1969 Lamborghini Miura

P400 S Coupe 3.9 L

Vehicle values by condition

Condition 4
#4 cars are daily drivers, with flaws visible to the naked eye. The chrome might have pitting or scratches, the windshield might be chipped.
Condition 3
#3 cars could possess some, but not all of the issues of a #4 car, but they will be balanced by other factors such as a fresh paint job or a new, correct interior.
Condition 2
#2 cars could win a local or regional show. They can be former #1 cars that have been driven or have aged. Seasoned observers will have to look closely for flaws.
Condition 1
#1 vehicles are the best in the world. The visual image is of the best car, unmodified, in the right colours, driving onto the lawn at the finest concours.
Insurance premium for a
1969 Lamborghini Miura P400 S Coupe 3929
valued at £1,300,000
£4832.45 / year*

History of the 1966 - 1971 Lamborghini Miura

1966 - 1971 Lamborghini Miura
1966 - 1971 Lamborghini Miura

The Lamborghini Miura is generally considered to be the world’s first supercar. Other candidates, especially the Mercedes-Benz 300SL Gullwing have their adherents, but they tend to be rather conservative in appearance, or barely-disguised race cars, like Ford’s GT 40.

The Miura is unapologetically extravagant, and perhaps its true conceptual ancestor is the supercharged Auburn Speedster of the early 1930s. That too was absurdly fast, compared to standard cars of the day, but its over-the-top styling and dazzling colors also gave much pleasure to people who just stood and stared at it – and still do. The Miura’s specifications are still noteworthy today: a 350-horsepower DOHC V-12, and 180 mph top speed, and one will still draw a crowd, wherever it is parked.

Lamborghini eased into performance car production with the conservative 350 GT of 1964, but nobody was expecting the Miura when the doors to the 1966 Geneva Motor Show opened. Named after a famous Spanish breeder of fighting bulls, it fits the marque’s raging bull emblem to a T. The orange-red, mid-engine coupe drew crowds throughout the show and even more acclaim a few months later, when it was adopted as the course car for the Monaco Grand Prix, with local hero Louis Chiron waving the checkered flag out of the window.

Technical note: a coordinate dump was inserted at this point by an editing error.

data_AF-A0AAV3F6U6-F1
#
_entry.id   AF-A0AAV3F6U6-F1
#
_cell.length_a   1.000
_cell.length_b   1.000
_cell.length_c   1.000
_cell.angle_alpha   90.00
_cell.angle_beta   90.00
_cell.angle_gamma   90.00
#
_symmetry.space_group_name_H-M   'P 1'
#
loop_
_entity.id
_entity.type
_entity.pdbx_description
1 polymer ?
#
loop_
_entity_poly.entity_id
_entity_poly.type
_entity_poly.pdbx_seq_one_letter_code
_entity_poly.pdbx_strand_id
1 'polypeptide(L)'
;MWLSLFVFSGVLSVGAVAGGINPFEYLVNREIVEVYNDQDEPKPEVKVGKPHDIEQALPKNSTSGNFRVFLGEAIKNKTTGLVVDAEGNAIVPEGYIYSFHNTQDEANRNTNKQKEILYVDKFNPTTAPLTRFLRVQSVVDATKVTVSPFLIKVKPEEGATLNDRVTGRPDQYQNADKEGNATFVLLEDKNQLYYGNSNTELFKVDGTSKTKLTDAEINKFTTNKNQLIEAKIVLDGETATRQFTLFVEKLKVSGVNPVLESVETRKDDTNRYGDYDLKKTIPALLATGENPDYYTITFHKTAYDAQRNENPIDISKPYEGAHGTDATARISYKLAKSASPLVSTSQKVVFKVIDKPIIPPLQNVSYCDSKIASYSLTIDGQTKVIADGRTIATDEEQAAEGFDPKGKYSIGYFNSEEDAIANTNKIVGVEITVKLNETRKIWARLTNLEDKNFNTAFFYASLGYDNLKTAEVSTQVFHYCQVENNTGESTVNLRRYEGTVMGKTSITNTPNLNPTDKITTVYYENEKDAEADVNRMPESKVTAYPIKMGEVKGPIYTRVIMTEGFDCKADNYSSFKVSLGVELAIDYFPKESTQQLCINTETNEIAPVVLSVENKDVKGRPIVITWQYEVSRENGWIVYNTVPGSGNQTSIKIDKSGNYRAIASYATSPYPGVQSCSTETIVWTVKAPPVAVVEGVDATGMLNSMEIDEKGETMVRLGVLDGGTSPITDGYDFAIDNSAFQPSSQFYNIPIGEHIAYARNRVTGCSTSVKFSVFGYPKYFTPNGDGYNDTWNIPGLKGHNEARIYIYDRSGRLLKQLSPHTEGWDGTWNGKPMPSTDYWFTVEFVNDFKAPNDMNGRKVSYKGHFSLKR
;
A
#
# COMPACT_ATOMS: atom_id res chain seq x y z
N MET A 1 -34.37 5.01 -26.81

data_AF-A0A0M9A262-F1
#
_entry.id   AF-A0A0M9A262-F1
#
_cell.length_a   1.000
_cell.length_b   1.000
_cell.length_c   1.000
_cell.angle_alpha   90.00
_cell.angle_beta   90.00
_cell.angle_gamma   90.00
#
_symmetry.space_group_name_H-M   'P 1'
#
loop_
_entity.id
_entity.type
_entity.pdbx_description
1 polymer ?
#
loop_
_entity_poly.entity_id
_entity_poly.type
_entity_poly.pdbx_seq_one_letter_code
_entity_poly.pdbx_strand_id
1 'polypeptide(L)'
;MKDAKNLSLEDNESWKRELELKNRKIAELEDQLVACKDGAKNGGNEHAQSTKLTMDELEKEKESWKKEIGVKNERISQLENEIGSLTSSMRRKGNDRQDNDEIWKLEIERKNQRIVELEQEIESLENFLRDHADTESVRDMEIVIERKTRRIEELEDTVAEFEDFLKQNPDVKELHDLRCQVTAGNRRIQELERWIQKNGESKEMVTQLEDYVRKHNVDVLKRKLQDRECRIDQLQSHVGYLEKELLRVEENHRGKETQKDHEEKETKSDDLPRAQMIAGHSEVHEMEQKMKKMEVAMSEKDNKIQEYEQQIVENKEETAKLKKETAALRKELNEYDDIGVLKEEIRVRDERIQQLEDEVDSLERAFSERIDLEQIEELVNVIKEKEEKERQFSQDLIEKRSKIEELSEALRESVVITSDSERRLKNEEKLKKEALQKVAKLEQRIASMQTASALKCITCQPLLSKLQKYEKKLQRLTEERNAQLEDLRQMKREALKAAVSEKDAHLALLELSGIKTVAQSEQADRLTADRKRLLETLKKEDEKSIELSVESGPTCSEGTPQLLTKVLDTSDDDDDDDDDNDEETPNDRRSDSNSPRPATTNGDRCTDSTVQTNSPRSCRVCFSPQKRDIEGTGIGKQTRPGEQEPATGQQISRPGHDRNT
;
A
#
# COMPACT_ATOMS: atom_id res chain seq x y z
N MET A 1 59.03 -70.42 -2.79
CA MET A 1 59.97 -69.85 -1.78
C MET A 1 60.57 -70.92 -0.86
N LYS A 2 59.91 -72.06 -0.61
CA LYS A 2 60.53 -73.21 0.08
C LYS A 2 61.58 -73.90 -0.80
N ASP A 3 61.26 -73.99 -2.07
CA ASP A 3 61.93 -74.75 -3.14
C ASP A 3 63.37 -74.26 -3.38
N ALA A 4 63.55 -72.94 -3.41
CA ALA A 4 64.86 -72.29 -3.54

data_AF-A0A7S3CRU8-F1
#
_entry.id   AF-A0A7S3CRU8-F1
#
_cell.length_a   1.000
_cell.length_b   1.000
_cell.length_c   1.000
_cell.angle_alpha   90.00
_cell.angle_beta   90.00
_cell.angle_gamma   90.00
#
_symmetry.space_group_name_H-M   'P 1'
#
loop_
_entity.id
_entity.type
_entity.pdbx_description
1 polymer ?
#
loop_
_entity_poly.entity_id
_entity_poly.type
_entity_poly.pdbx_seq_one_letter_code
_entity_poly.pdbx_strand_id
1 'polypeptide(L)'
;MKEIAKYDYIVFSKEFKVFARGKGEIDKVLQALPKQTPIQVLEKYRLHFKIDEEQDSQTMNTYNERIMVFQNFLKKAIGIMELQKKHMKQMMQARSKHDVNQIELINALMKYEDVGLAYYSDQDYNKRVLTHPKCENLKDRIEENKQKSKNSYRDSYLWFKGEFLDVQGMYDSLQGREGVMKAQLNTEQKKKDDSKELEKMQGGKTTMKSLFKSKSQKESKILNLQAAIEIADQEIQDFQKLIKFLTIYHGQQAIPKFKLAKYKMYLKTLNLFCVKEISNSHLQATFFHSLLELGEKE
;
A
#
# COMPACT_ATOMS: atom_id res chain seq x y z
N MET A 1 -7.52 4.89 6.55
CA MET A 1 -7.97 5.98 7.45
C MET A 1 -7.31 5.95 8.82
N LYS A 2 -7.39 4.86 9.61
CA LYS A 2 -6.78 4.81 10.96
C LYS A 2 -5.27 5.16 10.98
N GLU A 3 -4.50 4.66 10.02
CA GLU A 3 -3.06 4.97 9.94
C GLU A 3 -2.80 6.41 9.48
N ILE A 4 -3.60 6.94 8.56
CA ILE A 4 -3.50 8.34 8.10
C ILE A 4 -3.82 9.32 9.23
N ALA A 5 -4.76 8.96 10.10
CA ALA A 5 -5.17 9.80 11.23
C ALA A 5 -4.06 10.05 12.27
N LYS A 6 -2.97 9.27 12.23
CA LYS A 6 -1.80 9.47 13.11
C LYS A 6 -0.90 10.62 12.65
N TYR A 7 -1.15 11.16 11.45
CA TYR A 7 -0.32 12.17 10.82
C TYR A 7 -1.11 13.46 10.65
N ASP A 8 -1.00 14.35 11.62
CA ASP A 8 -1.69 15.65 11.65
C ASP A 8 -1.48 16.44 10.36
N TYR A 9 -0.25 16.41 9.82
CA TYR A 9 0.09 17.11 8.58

The original 1966 Miura was a product of passion and engineering excellence. The designers, Giampaolo Dallara, Paolo Stanzini and Bob Wallace were in their 20s. Dallara and Stanzini were engineers and Wallace an expert Maserati mechanic. They all admired Colin Chapman’s lightweight unitised construction, and Eric Broadley’s mid-engined Lola, which had evolved into the Ford GT40. Together with designer Marcello Gandini they designed the Miura with its transverse V-12 engine, complex aircraft-quality construction, front and rear clamshells and stunning good looks.

Miura production can be divided into three phases. The original Miura P400 evolved into the P400S (Spinto) in 1968, with slightly better interior and ventilated disc brakes on the late cars. A roadster was toyed with (one built), but Wallace had other ideas. He wanted to go racing. The original 1970 Jota model was a one-off test bed to see if a competition car would fit into the FIA’s Appendix J. The result was a complete racing car, with an aluminum semi-monocoque shell riveted over a steel chassis. Horsepower was increased to 440 and weight trimmed to 1,784 pounds.

Wallace reused the power train of the Miura with all the third-generation, 1971 SV (Spinto Veloce) upgrades. The lubrication systems for the engine and transmission were separated, the chassis was stiffened, the headlight eyebrows disappeared, the rear track was widened and the wings flared. The rear suspension wishbones were extended 1.5 inches and moved to the top of the frame instead of beneath it, the rear tires were widened from seven inches to nine inches and the wheel arches bulged to cover them. However with the prototype Countach now on the scene, the Miura SV was practically ignored at the 1971 Geneva Auto Show.

About five SV Miura’s were upgraded to SVJ – “J” for Jota modifications in the early 1970s and they represented the end of a remarkably innovative and exciting design.

Today the Miura is an extremely collectable motor car. The most valuable are the later cars, with true Jota modifications adding a significant premium. Period alternatives are the Ferrari 365 GTB/4 Daytona, the Maserati Ghibli 4.9 SS, the Porsche 911 2.7 RS and the Aston Martin DB6.

All 1969 Lamborghini Miura body types

Year Make Model Submodel Body Type Engine size Average value
1966 Lamborghini Miura P400 Coupe 3.9 L £ 878,000 1,100,000 1,400,000 1,600,000
1966 Lamborghini Miura P400 S Coupe 3.9 L £ 1,000,000 1,300,000 1,600,000 1,900,000
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